Insights from WorkFusion’s AML Cost Takeout Summit
November 2, 2020 · 4 min read
On October 28, we held our second virtual conference this year: The AML Cost Takeout Summit. Our first virtual summit, in May, was dedicated to digital transformation and Hyper Automation generally. This conference was focused on automating anti-money laundering operations in banking specifically. Participants were able to hear from industry experts and innovators and see some AML automation solutions in action, in real time.
As a recap for those who attended, or preview for those who want to watch on-demand, here are some takeaways from the Summit sessions.
1. Anti-money laundering is still a pain point for banks
Just recently, AML issues for several banks have been brought to life, with news stories describing international violations and new regulatory policies to fight financial crime. Despite the huge budgets allocated to AML, vast operational and technology organizations and state-of-the-art technologies used, many AML operations continue to be ineffective.
According to Sameer Jain, Former CIO/CTO at Barclays & UBS, the financial services industry will continue to face increasing regulatory challenges. To keep up, banks will need to automate their AML processes. However, simply automating inefficient processes will not be enough: They need to be streamlined, end-to-end — which requires not just an enterprise automation platform, but deep domain expertise from vendors.
This rising cost is among the main drivers for adopting Intelligent Automation for many banks, and Bank of Pakistan is no exception. Jim Stubbs, CEO of National Bank of Pakistan, Americas, stated that the cost of anti–money laundering in the bank had gotten so high that they needed another kind of AML solution to bend the curve.
3. AML automation provides a new level of transparency for regulators
According to Andrew Szabo, Vice President of Scotiabank, who has led automation there for more than three and a half years, one of the most significant benefits of automation was transparency for regulators. By automating anti–money laundering efforts, they could create fully auditable processes, where they recorded every single step.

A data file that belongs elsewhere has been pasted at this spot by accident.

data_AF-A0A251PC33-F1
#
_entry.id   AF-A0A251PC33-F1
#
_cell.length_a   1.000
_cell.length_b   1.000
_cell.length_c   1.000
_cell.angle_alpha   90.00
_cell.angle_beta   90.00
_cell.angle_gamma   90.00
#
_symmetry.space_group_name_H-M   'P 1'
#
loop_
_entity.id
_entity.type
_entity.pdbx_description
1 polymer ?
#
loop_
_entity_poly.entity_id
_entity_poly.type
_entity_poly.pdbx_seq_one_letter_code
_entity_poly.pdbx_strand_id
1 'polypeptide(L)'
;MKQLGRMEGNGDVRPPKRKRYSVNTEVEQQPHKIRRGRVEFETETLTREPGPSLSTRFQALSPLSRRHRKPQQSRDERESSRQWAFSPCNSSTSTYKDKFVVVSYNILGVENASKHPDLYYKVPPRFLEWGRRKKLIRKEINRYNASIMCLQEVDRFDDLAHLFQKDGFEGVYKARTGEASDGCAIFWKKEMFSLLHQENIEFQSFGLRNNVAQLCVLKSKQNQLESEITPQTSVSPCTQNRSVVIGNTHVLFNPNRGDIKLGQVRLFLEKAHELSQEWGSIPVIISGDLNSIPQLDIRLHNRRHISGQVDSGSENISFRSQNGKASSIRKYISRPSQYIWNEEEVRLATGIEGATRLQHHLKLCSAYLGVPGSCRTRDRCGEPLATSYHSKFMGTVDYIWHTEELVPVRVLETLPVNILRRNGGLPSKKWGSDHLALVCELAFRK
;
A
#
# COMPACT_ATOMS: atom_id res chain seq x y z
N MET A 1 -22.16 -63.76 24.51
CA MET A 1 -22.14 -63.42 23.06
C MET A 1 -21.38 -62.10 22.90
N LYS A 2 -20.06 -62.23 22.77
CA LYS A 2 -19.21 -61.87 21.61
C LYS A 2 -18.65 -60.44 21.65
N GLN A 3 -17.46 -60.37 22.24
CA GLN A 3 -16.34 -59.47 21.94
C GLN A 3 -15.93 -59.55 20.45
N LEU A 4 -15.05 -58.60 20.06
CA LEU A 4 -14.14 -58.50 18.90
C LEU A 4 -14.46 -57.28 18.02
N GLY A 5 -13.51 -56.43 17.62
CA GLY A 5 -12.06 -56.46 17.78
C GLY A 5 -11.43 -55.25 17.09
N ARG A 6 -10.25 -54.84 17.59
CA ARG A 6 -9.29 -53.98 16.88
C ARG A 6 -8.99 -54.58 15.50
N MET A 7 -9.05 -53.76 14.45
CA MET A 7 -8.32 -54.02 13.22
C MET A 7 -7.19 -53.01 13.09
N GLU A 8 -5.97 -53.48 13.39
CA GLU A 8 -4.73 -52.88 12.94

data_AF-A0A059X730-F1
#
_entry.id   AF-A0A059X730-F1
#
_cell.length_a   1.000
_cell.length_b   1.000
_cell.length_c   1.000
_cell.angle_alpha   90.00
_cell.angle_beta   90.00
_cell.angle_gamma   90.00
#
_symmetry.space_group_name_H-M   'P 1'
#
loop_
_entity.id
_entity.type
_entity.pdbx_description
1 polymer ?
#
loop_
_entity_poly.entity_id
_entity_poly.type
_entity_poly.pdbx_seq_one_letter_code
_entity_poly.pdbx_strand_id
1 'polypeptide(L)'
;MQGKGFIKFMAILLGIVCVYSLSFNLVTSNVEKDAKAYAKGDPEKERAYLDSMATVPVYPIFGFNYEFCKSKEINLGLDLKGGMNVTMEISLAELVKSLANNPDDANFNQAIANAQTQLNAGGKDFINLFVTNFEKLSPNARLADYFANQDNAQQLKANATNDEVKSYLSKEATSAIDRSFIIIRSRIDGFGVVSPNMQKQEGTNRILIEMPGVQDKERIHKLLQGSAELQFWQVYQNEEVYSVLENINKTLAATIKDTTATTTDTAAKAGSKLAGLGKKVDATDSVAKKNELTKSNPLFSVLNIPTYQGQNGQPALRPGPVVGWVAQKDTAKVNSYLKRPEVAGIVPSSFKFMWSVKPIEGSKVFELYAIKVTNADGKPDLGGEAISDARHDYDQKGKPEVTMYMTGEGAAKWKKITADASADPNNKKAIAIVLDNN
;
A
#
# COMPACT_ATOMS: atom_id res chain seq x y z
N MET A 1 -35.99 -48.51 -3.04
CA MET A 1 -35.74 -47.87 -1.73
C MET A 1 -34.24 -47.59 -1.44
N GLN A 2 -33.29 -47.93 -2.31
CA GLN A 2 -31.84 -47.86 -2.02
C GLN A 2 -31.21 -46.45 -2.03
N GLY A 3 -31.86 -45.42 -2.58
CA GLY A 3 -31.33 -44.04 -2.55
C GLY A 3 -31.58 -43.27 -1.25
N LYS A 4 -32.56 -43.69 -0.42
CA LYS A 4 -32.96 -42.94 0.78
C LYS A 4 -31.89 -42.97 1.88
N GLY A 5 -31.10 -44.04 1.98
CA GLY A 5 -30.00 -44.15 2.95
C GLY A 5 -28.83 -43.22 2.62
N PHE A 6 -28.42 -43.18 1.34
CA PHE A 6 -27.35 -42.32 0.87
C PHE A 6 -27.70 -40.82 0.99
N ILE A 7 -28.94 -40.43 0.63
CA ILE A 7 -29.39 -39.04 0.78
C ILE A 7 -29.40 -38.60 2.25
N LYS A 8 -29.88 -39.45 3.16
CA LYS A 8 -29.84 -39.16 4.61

When talking about the bank’s first steps in AML automation, Andrew recalls:
“We had a number of discussions with our senior leadership who agreed that this [AML automation] would be a very interesting thing to look at, and we started building automations. At first, they were very small, but it’s incredible how meaningful they are when a regulator looks at your records.”
4. Intelligent Automation expands the AML capacity of your team
Anti-money laundering operations are highly manual and have to be performed by small armies of people. During the Customer Perspectives Executive Panel, Andrew Szabo of Scotiabank even said his organization ran out of physical space for personnel and had to buy new buildings to seat the compliance team. Ever-expanding teams are costly, not scalable, and lead to compounding compliance debt.
An alternative to continuously adding new people is to streamline existing operations using Intelligent Automation that leverages pre-trained solutions, with pre-built connectors which remove mundane tasks and free employees to focus on more meaningful work.
5. AI + People works significantly better than AI alone
Companies that use just one way of collaboration between artificial intelligence and people (for example, AI decides and a person confirms the decision) are 6x less likely to achieve meaningful financial results than companies that use five or more ways.
As WorkFusion CEO and President Alex Lyashok said in his session, “Intelligent Automation Powers the Modern Bank,” the Human-in-the-Loop approach, when people and AI continuously work together in a real-time workflow and learn from each other, has a meaningful impact on how financial benefits translate to the business.